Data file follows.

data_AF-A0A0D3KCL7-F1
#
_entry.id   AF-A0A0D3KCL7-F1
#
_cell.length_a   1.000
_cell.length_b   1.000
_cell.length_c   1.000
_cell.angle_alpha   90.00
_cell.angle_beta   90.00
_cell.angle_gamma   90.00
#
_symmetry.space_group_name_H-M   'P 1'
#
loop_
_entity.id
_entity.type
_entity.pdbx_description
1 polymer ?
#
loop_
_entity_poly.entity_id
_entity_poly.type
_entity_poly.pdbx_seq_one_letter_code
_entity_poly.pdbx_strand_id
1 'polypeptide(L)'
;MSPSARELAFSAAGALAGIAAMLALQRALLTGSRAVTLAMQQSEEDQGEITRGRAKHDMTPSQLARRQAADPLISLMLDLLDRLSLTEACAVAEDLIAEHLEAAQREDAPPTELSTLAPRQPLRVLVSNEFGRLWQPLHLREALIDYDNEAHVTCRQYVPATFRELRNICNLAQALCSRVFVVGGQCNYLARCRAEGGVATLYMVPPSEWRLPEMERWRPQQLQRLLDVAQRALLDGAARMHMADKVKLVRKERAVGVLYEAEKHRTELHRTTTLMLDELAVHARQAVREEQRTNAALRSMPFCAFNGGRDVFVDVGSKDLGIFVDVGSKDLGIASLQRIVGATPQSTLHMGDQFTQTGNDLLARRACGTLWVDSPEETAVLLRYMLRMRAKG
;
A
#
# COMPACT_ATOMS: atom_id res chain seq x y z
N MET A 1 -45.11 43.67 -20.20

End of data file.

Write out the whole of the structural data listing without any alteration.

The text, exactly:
data_AF-A0A0D3KCL7-F1
#
_entry.id   AF-A0A0D3KCL7-F1
#
_cell.length_a   1.000
_cell.length_b   1.000
_cell.length_c   1.000
_cell.angle_alpha   90.00
_cell.angle_beta   90.00
_cell.angle_gamma   90.00
#
_symmetry.space_group_name_H-M   'P 1'
#
loop_
_entity.id
_entity.type
_entity.pdbx_description
1 polymer ?
#
loop_
_entity_poly.entity_id
_entity_poly.type
_entity_poly.pdbx_seq_one_letter_code
_entity_poly.pdbx_strand_id
1 'polypeptide(L)'
;MSPSARELAFSAAGALAGIAAMLALQRALLTGSRAVTLAMQQSEEDQGEITRGRAKHDMTPSQLARRQAADPLISLMLDLLDRLSLTEACAVAEDLIAEHLEAAQREDAPPTELSTLAPRQPLRVLVSNEFGRLWQPLHLREALIDYDNEAHVTCRQYVPATFRELRNICNLAQALCSRVFVVGGQCNYLARCRAEGGVATLYMVPPSEWRLPEMERWRPQQLQRLLDVAQRALLDGAARMHMADKVKLVRKERAVGVLYEAEKHRTELHRTTTLMLDELAVHARQAVREEQRTNAALRSMPFCAFNGGRDVFVDVGSKDLGIFVDVGSKDLGIASLQRIVGATPQSTLHMGDQFTQTGNDLLARRACGTLWVDSPEETAVLLRYMLRMRAKG
;
A
#
# COMPACT_ATOMS: atom_id res chain seq x y z
N MET A 1 -45.11 43.67 -20.20